I might have been able to pull this off with Benjamin Moore paint. That stuff is like heavy cream to all the other paint companies’ 2%. The roller glides over the walls with a satisfying smooth completely opaque coat of luscious pigment. It’s so saturated. One coat perfection. (This post is not sponsored).

Today, I am repainting the ceiling. I’m taking a break to give my arm a rest. It’s a pain in the arm.

The good news is I have taken all of next week off. Normally, I would try to go on vacation. But my vacations on the east coast have been ruined by hurricanes (3 of them, two required evacuations and one resulted in me breaking my arm in three places. Don’t ask.). Then there was the “first named tropical storm of the season!” that stalled off the coast of North Carolina. For a week. The same week the almanac swore there aren’t any storms in the outer banks area. (I hated 2020). Then there was the beach vacation that was completely ruined by a super annoying homophobic, rude and disrespectful, relative who was obsessed with Nancy Grace and Casey Anthony. I learned that homicide is never a good solution. Wait… no, it is always wrong.

It has gotten so bad that number one child says that if I really don’t like someone, I should offer to go on vacation with them and that my superpower is conjuring storms.

My vacations for the last decade have been washed out or carelessly destroyed so many times that I have given up. I’m going to try to save my money for a Mediterranean cruise where there are no hurricanes, or a British isles walking tour where the weather is expected to be damp and chilly and I will know that in advance. That should take some time to save for in my Acorn account and at some point, something will break in my house that will require an expensive repair. I know how these things go. My retaining wall is still sitting in a heap at the end of my driveway. The southwest by campervan would have been nice but I’ve heard that rentals are scarce this year. So, staycation {{😢😭😭😭}} it is.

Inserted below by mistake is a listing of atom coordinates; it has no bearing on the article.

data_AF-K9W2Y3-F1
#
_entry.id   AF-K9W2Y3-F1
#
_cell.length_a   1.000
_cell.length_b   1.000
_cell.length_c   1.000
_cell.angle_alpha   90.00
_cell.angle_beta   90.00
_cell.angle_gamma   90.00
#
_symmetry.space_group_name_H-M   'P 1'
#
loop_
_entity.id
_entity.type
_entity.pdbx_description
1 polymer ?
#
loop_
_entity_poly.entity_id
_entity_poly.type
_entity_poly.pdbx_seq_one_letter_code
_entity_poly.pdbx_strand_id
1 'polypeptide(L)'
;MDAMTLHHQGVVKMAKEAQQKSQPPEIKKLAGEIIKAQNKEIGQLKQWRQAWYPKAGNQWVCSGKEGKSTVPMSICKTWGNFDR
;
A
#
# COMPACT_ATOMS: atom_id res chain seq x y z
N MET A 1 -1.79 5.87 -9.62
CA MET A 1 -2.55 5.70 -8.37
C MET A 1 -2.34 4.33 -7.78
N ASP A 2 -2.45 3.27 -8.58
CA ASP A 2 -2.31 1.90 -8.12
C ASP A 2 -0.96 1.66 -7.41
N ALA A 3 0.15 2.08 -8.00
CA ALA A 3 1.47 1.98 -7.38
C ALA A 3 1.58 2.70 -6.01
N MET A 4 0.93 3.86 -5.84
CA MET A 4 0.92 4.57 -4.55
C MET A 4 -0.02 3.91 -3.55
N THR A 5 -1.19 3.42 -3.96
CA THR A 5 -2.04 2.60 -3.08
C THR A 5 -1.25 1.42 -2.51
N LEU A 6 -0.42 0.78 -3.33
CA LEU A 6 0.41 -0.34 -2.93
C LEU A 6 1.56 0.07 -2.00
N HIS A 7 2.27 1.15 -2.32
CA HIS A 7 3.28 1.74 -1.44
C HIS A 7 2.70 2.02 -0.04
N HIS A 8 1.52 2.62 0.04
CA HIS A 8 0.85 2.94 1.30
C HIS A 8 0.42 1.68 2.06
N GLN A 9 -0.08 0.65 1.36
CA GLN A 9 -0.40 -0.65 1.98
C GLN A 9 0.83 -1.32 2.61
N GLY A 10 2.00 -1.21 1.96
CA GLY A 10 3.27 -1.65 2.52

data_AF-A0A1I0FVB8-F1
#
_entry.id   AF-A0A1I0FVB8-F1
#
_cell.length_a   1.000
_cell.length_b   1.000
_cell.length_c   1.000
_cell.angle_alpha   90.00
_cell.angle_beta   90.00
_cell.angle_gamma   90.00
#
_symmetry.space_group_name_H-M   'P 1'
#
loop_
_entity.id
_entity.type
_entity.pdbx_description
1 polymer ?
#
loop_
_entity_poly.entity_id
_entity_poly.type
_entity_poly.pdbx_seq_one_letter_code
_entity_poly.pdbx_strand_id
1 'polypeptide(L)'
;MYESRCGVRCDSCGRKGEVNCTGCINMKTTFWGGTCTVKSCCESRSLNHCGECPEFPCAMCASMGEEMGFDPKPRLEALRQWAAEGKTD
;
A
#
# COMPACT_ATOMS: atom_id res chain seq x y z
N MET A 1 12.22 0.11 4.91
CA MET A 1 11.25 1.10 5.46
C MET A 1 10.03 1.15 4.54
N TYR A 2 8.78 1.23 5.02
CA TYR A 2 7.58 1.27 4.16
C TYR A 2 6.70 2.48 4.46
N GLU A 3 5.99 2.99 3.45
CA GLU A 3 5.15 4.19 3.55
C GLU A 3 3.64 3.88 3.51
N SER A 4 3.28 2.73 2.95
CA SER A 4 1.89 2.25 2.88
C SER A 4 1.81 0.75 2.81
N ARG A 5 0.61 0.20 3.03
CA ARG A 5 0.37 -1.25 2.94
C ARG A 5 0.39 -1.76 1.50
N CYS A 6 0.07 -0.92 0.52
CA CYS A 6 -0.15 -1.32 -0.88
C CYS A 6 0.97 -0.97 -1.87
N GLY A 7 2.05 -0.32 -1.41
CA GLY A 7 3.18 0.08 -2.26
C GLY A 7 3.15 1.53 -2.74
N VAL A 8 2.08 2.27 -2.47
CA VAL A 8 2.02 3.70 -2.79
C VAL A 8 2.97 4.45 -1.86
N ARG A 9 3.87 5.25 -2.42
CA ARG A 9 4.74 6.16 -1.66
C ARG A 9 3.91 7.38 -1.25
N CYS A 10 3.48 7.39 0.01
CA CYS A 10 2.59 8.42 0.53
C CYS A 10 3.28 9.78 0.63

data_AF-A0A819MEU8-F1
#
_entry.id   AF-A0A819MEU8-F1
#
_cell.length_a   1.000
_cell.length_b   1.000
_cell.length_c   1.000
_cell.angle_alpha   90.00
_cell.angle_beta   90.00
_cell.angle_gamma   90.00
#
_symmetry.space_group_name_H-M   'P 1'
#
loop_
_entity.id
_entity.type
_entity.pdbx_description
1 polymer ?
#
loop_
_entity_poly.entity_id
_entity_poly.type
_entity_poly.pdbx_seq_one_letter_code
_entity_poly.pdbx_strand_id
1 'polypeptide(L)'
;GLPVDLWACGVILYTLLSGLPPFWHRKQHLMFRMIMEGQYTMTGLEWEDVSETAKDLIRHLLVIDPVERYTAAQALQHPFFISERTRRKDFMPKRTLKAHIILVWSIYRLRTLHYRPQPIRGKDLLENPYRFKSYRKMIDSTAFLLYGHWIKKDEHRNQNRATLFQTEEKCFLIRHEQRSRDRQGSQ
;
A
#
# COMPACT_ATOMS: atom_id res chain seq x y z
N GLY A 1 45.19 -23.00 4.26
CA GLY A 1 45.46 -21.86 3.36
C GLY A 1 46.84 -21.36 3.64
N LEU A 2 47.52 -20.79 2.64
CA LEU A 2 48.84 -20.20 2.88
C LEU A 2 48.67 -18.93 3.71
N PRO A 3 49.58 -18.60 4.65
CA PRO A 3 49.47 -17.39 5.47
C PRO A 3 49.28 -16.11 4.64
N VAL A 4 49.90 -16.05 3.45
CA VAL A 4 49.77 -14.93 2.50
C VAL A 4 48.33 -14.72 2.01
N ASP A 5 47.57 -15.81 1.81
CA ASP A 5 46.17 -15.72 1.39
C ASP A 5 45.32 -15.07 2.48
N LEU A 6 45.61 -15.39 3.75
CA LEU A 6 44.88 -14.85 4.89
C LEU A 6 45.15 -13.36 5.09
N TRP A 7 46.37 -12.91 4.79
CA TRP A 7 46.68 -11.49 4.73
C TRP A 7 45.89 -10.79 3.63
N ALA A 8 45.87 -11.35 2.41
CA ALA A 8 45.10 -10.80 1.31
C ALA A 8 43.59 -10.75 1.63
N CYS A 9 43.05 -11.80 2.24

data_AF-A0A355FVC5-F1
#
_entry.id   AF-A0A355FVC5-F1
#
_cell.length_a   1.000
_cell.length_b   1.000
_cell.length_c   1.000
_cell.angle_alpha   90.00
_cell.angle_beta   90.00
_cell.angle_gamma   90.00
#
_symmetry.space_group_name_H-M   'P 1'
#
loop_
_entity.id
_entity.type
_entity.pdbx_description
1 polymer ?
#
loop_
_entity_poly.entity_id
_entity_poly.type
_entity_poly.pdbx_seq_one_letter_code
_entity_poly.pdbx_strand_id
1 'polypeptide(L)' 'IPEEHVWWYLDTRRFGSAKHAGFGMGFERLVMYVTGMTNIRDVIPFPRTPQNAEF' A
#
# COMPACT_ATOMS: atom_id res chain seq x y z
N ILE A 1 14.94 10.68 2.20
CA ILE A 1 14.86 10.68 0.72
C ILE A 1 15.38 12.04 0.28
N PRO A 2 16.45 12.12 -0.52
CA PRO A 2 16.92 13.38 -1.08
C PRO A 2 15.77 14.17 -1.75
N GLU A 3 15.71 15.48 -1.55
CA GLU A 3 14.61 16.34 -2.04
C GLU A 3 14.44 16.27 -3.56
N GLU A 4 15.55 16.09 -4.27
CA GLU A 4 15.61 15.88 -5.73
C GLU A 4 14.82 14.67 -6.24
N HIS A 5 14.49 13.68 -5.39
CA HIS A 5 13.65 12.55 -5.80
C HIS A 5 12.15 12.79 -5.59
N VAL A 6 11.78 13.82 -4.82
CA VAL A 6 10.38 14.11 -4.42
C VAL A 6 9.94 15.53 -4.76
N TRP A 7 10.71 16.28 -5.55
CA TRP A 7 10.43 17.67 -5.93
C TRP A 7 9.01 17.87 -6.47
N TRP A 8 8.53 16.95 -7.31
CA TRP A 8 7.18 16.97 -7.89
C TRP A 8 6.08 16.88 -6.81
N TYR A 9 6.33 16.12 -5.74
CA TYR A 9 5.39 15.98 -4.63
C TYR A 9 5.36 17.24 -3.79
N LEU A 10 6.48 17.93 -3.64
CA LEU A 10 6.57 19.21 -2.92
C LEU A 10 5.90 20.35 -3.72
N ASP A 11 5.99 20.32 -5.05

There will be a lot of painting/waterproofing going on this week. I’m going to bust out the sprayer for those projects.

Stay tuned.

Mass Delusion

In Ray Bradbury’s collection of short stories which formed the book “The Martian Chronicles,” the story which I liked the best, and which stayed with me, was one of the first ones. It was about the second spacecraft sent to Mars from Earth. I don’t remember what happened to the first one, but it failed. This one landed, and the captain and his crew climbed out of the plane. They walked away from the plane, and soon were met by Martians.

The captain tried to explain where they were from, and what they were doing there. They were taken nearby, to meet with some kind of higher Martian official. He was fascinated, and kept saying things like, “Incredible!” “I have never encountered anything like this!”

It became apparent that this official did not believe any of their story. He thought that they were Martians suffering from some kind of extensive hallucination or psychosis. Apparently, such psychoses were fairly common on Mars, but the Martian official had never seen one which had such complex descriptions, a whole back story. The captain tried to convince him that they were sane, and from Earth, but he did not believe any of it.

So finally they convinced him to walk with them to see the ship. The Martian told his assistants that when they see that there is no ship there, maybe they then could take these psychotic Martians in for treatment. When they showed him the ship, he was astounded. He said that he had never, in all of his years of working with mental illness, seen such a manifestation of psychosis, these people being able to actually create the delusion of a spaceship, and being able to transmit it to sane people like he was.

He became so unsettled at his inability to make the delusion go away, that he thought that these Martians who said they were from Earth, had developed a new form of mental illness, and had to be stopped before it spread. So he shot all of them, as they pleaded for him to believe them. And then he expected the illusory ship to immediately disappear, with the extinction of the insane people who had created it. But it did not. He then became terrified, and said that these people had somehow infected him with their psychosis, which continued even after they ceased to exist. So he shot himself. The last sentence of the story said that the ship rusted away, and eventually the parts were sold as junk.